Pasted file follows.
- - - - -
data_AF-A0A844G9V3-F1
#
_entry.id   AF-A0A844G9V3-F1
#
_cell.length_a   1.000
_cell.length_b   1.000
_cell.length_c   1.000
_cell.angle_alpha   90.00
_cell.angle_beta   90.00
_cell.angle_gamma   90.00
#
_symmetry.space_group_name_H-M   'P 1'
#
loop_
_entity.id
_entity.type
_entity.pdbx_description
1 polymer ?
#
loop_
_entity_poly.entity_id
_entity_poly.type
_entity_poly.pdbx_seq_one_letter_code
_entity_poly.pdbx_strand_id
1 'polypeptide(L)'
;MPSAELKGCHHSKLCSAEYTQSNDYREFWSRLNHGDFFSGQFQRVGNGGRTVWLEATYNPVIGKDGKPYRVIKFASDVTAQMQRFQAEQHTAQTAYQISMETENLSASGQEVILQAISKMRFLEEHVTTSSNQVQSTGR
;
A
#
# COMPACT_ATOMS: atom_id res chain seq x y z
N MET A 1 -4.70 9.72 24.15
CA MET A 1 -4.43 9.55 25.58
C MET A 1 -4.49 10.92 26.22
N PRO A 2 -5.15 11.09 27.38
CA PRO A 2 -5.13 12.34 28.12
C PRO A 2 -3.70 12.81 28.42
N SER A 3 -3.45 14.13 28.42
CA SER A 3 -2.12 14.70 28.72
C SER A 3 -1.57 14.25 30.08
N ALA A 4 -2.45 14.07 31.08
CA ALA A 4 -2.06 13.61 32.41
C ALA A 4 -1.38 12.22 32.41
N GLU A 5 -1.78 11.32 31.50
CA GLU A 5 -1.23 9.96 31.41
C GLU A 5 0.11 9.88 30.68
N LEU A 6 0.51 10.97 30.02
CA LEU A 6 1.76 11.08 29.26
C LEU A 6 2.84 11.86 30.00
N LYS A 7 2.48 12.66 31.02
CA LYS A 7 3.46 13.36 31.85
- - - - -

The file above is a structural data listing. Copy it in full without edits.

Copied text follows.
data_AF-A0A844G9V3-F1
#
_entry.id   AF-A0A844G9V3-F1
#
_cell.length_a   1.000
_cell.length_b   1.000
_cell.length_c   1.000
_cell.angle_alpha   90.00
_cell.angle_beta   90.00
_cell.angle_gamma   90.00
#
_symmetry.space_group_name_H-M   'P 1'
#
loop_
_entity.id
_entity.type
_entity.pdbx_description
1 polymer ?
#
loop_
_entity_poly.entity_id
_entity_poly.type
_entity_poly.pdbx_seq_one_letter_code
_entity_poly.pdbx_strand_id
1 'polypeptide(L)'
;MPSAELKGCHHSKLCSAEYTQSNDYREFWSRLNHGDFFSGQFQRVGNGGRTVWLEATYNPVIGKDGKPYRVIKFASDVTAQMQRFQAEQHTAQTAYQISMETENLSASGQEVILQAISKMRFLEEHVTTSSNQVQSTGR
;
A
#
# COMPACT_ATOMS: atom_id res chain seq x y z
N MET A 1 -4.70 9.72 24.15
CA MET A 1 -4.43 9.55 25.58
C MET A 1 -4.49 10.92 26.22
N PRO A 2 -5.15 11.09 27.38
CA PRO A 2 -5.13 12.34 28.12
C PRO A 2 -3.70 12.81 28.42
N SER A 3 -3.45 14.13 28.42
CA SER A 3 -2.12 14.70 28.72
C SER A 3 -1.57 14.25 30.08
N ALA A 4 -2.45 14.07 31.08
CA ALA A 4 -2.06 13.61 32.41
C ALA A 4 -1.38 12.22 32.41
N GLU A 5 -1.78 11.32 31.50
CA GLU A 5 -1.23 9.96 31.41
C GLU A 5 0.11 9.88 30.68
N LEU A 6 0.51 10.97 30.02
CA LEU A 6 1.76 11.08 29.26
C LEU A 6 2.84 11.86 30.00
N LYS A 7 2.48 12.66 31.02
CA LYS A 7 3.46 13.36 31.85